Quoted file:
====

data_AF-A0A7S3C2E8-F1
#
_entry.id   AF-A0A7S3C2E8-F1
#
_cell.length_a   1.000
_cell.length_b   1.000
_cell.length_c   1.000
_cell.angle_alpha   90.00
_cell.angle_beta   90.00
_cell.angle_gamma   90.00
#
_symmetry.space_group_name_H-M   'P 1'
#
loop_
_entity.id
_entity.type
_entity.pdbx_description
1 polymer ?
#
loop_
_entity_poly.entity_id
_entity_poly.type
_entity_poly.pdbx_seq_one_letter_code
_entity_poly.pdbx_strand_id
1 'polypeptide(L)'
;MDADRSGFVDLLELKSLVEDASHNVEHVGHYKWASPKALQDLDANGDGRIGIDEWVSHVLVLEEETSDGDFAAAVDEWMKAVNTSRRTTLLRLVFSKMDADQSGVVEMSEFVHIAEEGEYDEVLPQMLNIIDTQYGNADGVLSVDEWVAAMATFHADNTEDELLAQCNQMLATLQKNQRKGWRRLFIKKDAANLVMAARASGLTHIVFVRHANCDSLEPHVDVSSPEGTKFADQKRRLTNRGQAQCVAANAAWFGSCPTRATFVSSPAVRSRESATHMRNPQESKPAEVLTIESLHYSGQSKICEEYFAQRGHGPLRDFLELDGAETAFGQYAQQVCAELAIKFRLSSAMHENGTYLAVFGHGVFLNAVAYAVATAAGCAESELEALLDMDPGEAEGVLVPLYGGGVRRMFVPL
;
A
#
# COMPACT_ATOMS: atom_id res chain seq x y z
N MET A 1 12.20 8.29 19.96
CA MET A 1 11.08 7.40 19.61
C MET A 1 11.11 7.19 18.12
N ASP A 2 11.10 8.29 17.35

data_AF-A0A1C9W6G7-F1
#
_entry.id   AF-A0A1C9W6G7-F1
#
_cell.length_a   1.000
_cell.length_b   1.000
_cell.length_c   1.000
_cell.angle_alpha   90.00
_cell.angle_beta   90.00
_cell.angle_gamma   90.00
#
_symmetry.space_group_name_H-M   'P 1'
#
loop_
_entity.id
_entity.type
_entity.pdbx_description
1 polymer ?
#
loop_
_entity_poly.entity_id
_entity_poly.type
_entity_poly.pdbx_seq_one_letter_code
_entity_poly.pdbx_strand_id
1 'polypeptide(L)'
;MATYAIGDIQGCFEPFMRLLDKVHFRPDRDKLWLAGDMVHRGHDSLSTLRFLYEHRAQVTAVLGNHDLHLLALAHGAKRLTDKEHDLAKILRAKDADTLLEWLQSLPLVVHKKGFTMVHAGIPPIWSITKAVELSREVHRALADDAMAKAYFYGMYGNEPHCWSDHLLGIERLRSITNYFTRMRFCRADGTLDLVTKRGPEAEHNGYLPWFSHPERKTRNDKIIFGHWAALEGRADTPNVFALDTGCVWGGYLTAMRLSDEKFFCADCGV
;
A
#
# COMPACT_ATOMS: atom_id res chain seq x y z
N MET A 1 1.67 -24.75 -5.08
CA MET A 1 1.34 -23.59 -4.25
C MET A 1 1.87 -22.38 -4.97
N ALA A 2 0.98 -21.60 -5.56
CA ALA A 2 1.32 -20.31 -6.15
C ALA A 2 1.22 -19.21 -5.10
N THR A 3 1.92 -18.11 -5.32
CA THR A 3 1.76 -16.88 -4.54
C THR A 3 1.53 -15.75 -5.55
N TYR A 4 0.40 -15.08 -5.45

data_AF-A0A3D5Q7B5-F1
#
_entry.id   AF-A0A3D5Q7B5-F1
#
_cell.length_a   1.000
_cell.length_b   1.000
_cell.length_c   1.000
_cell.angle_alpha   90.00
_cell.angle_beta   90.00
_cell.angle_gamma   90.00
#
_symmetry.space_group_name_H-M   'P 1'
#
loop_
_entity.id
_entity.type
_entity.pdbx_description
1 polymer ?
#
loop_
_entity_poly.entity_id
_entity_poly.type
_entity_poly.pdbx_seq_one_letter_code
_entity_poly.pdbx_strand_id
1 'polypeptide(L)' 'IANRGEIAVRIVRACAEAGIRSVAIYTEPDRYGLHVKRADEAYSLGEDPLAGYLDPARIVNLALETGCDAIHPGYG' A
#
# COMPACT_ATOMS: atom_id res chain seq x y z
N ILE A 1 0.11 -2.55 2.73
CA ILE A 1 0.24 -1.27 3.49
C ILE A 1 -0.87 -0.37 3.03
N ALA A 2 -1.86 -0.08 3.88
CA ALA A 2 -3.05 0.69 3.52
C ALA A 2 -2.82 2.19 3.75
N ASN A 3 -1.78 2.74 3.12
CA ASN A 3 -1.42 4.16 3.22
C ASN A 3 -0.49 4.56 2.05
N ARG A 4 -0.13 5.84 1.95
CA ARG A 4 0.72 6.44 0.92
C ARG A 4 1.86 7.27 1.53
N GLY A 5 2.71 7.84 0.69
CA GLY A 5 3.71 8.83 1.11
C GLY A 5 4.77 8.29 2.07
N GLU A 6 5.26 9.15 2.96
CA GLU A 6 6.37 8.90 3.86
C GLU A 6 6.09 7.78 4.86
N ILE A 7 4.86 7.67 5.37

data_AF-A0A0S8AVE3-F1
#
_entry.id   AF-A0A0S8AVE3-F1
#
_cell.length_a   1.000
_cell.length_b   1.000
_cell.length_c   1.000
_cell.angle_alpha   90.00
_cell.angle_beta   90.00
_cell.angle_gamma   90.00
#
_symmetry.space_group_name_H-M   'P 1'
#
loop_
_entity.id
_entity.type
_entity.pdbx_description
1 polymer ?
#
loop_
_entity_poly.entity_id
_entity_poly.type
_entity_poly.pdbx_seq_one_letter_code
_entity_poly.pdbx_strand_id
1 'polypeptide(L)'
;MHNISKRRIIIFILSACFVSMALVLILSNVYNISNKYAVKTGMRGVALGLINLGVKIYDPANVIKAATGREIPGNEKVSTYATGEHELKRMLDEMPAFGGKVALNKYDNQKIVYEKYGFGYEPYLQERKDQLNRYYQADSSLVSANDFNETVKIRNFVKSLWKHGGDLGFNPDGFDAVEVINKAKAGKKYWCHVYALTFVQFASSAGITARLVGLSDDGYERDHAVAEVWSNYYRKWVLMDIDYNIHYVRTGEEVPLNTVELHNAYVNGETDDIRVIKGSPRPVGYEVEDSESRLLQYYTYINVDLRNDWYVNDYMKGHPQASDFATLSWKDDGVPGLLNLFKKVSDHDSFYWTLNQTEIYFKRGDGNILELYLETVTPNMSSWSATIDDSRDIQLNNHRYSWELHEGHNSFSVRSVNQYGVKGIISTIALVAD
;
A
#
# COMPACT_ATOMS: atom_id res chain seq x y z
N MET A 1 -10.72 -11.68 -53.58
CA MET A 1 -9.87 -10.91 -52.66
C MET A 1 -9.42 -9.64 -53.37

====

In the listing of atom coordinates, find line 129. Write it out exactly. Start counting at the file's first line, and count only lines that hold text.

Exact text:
_cell.angle_beta   90.00